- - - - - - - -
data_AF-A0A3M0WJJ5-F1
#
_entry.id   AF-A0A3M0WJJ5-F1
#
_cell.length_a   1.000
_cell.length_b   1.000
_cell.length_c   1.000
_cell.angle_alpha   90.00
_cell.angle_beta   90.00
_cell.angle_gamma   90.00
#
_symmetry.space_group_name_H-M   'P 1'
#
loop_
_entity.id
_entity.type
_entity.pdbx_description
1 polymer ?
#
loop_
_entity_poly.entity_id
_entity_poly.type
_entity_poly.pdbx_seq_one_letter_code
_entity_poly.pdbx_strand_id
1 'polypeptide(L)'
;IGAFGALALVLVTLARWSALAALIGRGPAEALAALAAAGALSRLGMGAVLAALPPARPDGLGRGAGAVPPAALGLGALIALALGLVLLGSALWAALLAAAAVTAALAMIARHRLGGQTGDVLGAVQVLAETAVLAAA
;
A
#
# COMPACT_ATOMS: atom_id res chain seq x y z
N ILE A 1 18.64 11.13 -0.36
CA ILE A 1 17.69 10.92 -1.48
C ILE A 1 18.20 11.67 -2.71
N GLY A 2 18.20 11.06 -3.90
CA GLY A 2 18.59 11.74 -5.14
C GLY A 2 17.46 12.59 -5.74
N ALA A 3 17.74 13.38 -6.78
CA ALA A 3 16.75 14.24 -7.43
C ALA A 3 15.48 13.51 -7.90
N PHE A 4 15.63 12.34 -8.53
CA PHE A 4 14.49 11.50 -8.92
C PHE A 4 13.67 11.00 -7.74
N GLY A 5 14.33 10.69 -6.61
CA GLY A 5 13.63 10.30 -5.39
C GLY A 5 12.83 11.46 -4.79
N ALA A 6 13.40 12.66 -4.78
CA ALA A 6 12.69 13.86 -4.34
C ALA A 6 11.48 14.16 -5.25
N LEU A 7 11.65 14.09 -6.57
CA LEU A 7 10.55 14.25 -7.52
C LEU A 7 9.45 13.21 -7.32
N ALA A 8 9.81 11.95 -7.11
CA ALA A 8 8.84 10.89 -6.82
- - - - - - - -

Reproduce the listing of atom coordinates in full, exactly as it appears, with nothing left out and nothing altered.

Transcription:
data_AF-A0A3M0WJJ5-F1
#
_entry.id   AF-A0A3M0WJJ5-F1
#
_cell.length_a   1.000
_cell.length_b   1.000
_cell.length_c   1.000
_cell.angle_alpha   90.00
_cell.angle_beta   90.00
_cell.angle_gamma   90.00
#
_symmetry.space_group_name_H-M   'P 1'
#
loop_
_entity.id
_entity.type
_entity.pdbx_description
1 polymer ?
#
loop_
_entity_poly.entity_id
_entity_poly.type
_entity_poly.pdbx_seq_one_letter_code
_entity_poly.pdbx_strand_id
1 'polypeptide(L)'
;IGAFGALALVLVTLARWSALAALIGRGPAEALAALAAAGALSRLGMGAVLAALPPARPDGLGRGAGAVPPAALGLGALIALALGLVLLGSALWAALLAAAAVTAALAMIARHRLGGQTGDVLGAVQVLAETAVLAAA
;
A
#
# COMPACT_ATOMS: atom_id res chain seq x y z
N ILE A 1 18.64 11.13 -0.36
CA ILE A 1 17.69 10.92 -1.48
C ILE A 1 18.20 11.67 -2.71
N GLY A 2 18.20 11.06 -3.90
CA GLY A 2 18.59 11.74 -5.14
C GLY A 2 17.46 12.59 -5.74
N ALA A 3 17.74 13.38 -6.78
CA ALA A 3 16.75 14.24 -7.43
C ALA A 3 15.48 13.51 -7.90
N PHE A 4 15.63 12.34 -8.53
CA PHE A 4 14.49 11.50 -8.92
C PHE A 4 13.67 11.00 -7.74
N GLY A 5 14.33 10.69 -6.61
CA GLY A 5 13.63 10.30 -5.39
C GLY A 5 12.83 11.46 -4.79
N ALA A 6 13.40 12.66 -4.78
CA ALA A 6 12.69 13.86 -4.34
C ALA A 6 11.48 14.16 -5.25
N LEU A 7 11.65 14.09 -6.57
CA LEU A 7 10.55 14.25 -7.52
C LEU A 7 9.45 13.21 -7.32
N ALA A 8 9.81 11.95 -7.11
CA ALA A 8 8.84 10.89 -6.82